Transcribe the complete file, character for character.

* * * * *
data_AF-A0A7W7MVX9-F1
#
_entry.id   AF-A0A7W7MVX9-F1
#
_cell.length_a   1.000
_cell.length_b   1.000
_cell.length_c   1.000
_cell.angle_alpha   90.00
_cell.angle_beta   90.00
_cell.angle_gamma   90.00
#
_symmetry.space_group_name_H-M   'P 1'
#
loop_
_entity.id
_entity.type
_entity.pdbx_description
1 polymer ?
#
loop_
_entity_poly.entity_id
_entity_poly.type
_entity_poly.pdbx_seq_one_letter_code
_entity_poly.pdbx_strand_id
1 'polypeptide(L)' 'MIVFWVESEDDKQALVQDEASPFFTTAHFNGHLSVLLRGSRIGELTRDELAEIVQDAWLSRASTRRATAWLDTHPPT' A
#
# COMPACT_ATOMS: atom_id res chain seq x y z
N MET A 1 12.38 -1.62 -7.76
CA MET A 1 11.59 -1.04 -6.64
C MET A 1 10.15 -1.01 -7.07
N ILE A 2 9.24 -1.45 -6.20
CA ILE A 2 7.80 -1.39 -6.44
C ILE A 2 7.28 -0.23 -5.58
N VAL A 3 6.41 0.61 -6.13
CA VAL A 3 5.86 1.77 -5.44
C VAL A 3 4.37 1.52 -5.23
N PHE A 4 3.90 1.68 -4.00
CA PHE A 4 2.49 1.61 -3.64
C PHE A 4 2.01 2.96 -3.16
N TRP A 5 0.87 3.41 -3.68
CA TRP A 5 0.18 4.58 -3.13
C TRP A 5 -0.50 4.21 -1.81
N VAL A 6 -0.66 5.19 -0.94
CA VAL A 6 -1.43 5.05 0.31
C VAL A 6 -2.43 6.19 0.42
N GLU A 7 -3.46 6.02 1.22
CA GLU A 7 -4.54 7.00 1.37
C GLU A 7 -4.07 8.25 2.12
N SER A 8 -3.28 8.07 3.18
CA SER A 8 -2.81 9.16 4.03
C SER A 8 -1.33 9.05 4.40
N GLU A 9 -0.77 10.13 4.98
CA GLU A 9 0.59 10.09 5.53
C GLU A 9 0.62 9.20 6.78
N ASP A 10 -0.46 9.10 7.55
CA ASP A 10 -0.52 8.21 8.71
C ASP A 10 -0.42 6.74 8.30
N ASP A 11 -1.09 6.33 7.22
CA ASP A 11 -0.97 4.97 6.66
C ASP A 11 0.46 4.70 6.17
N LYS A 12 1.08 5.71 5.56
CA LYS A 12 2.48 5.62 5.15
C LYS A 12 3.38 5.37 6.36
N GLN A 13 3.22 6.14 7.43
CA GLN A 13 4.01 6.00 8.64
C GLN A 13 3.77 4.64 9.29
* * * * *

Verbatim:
data_AF-A0A7W7MVX9-F1
#
_entry.id   AF-A0A7W7MVX9-F1
#
_cell.length_a   1.000
_cell.length_b   1.000
_cell.length_c   1.000
_cell.angle_alpha   90.00
_cell.angle_beta   90.00
_cell.angle_gamma   90.00
#
_symmetry.space_group_name_H-M   'P 1'
#
loop_
_entity.id
_entity.type
_entity.pdbx_description
1 polymer ?
#
loop_
_entity_poly.entity_id
_entity_poly.type
_entity_poly.pdbx_seq_one_letter_code
_entity_poly.pdbx_strand_id
1 'polypeptide(L)' 'MIVFWVESEDDKQALVQDEASPFFTTAHFNGHLSVLLRGSRIGELTRDELAEIVQDAWLSRASTRRATAWLDTHPPT' A
#
# COMPACT_ATOMS: atom_id res chain seq x y z
N MET A 1 12.38 -1.62 -7.76
CA MET A 1 11.59 -1.04 -6.64
C MET A 1 10.15 -1.01 -7.07
N ILE A 2 9.24 -1.45 -6.20
CA ILE A 2 7.80 -1.39 -6.44
C ILE A 2 7.28 -0.23 -5.58
N VAL A 3 6.41 0.61 -6.13
CA VAL A 3 5.86 1.77 -5.44
C VAL A 3 4.37 1.52 -5.23
N PHE A 4 3.90 1.68 -4.00
CA PHE A 4 2.49 1.61 -3.64
C PHE A 4 2.01 2.96 -3.16
N TRP A 5 0.87 3.41 -3.68
CA TRP A 5 0.18 4.58 -3.13
C TRP A 5 -0.50 4.21 -1.81
N VAL A 6 -0.66 5.19 -0.94
CA VAL A 6 -1.43 5.05 0.31
C VAL A 6 -2.43 6.19 0.42
N GLU A 7 -3.46 6.02 1.22
CA GLU A 7 -4.54 7.00 1.37
C GLU A 7 -4.07 8.25 2.12
N SER A 8 -3.28 8.07 3.18
CA SER A 8 -2.81 9.16 4.03
C SER A 8 -1.33 9.05 4.40
N GLU A 9 -0.77 10.13 4.98
CA GLU A 9 0.59 10.09 5.53
C GLU A 9 0.62 9.20 6.78
N ASP A 10 -0.46 9.10 7.55
CA ASP A 10 -0.52 8.21 8.71
C ASP A 10 -0.42 6.74 8.30
N ASP A 11 -1.09 6.33 7.22
CA ASP A 11 -0.97 4.97 6.66
C ASP A 11 0.46 4.70 6.17
N LYS A 12 1.08 5.71 5.56
CA LYS A 12 2.48 5.62 5.15
C LYS A 12 3.38 5.37 6.36
N GLN A 13 3.22 6.14 7.43
CA GLN A 13 4.01 6.00 8.64
C GLN A 13 3.77 4.64 9.29